By Cecelia Campbell-Livingston Observer staff reporter firstname.lastname@example.org
MUSIC producer Winston 'Niney' Holness is determined to revive the fortunes of the reggae singer with his Observer Soundbox studio which officially opens on Tuesday.
Holness says he will scout for singers through twice-weekly auditions at the Lyndhurst Road facility.
"I love singers. From Bible days, it's been about musicians and singer, I never hear about any deejays and singjays!" he told the Jamaica Observer.
According to Holness, whether it takes one day or one year, he is willing to invest the time to ensure his quest is successful.
"If I search and search and can't find what I am looking for, then I will go for the animals and record their sounds in the studio," he declared.
The Niney auditions are scheduled to take place on Wednesdays and Saturdays from 10:00 am-6:00 pm and is not limited to reggae.
"Gospel, meringue, mento, cha cha, hully gully...You name it. Just come sing!" Holness exclaimed.
While his emphasis is on vocalists, the outspoken Holness stressed that he is not anti-deejay, having worked with performers like Big Youth and Dillinger. He says he may be persuaded to take a chance on toasters, but only if they meet his criteria.
"Those deejays were deejays. I would do it again if the message is right. As long as (there is no) nuh bleach up face an' under mi thing that brought the music down."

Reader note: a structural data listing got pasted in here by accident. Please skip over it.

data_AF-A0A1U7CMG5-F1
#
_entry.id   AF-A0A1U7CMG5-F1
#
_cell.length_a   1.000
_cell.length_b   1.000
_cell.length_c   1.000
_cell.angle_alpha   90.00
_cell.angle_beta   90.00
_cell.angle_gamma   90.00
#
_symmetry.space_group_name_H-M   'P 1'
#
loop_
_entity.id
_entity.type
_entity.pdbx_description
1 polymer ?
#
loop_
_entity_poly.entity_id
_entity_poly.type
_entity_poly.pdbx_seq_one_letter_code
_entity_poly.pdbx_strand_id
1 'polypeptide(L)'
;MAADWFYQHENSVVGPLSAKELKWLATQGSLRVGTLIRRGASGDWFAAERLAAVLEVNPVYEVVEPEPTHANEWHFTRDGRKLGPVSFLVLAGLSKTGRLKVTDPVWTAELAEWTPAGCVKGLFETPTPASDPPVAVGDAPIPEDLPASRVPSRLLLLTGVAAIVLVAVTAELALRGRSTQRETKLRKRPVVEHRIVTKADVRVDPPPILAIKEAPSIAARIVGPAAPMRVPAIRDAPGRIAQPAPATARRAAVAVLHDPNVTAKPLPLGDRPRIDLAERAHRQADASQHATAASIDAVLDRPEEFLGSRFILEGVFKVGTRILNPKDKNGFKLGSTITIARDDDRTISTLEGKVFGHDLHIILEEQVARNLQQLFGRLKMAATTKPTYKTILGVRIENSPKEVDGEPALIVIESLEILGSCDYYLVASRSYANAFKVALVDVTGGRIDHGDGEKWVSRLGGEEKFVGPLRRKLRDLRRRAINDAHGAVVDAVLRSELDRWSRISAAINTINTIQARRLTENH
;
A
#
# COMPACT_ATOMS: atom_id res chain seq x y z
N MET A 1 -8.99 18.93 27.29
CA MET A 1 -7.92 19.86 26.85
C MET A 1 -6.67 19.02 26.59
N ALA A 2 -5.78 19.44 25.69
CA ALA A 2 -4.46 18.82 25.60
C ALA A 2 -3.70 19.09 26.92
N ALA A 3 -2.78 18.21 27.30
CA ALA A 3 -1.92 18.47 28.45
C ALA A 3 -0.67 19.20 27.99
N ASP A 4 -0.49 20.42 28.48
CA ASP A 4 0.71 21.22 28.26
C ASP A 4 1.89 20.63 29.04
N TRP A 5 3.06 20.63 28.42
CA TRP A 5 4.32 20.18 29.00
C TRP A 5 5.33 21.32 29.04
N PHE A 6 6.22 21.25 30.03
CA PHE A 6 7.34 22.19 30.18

Now 61, Holness has been involved in the music business for over 40 years and is known for his work with some of reggae's great singers including Dennis Brown and Ken Boothe.
Though he had a big hit song as a singer in 1971 with Blood and Fire, Holness made a mark as producer with his Observer label during the 1970s.
Boothe's Silver Words was one of his first big songs as a producer in 1973. That was followed by a flurry of hits from Brown (Westbound Train, Cassandra, No More I Roam, Whip Them Jah, Here I Come), Junior Byles (King of Babylon), Gregory Isaacs (Ba Da) and Sugar Minott (Lover's Race, No Vacancy).
Born in Montego Bay, Holness got his enduring nickname after losing a finger in an accident. In the late 1960s he worked as an engineer at KG Records. His first release was the self-produced Come On Baby, issued on his Destroyer label.
He moved on to work with producer Bunny Lee, then for Lynford Anderson before joining Joe Gibbs as chief sound engineer, replacing his friend Lee 'Scratch' Perry.
After leaving Gibbs, Holness tasted great success as artiste/producer with Blood and Fire which was a hit in Britain.
Throughout the 1970s and early 1980s, Holness produced songs by Delroy Wilson, Horace Andy, Max Romeo, The Heptones, Johnny Clarke, Slim Smith, Jacob Miller, Junior Delgado, Freddie McGregor, Big Youth, Dillinger and Third World.
In the mid-1980s, he relocated to New York City. While in the United States, he formed an association with the independent Heartbeat Records from Cambridge, Massachusetts, which reissued much of his extensive catalogue.
Holness believes it is only a matter of time before music coming out of Jamaica will once again hold a prime spot on international charts.
"Just as the seas always reclaim its own, reggae music coming out of Jamaica will come back strong," he said.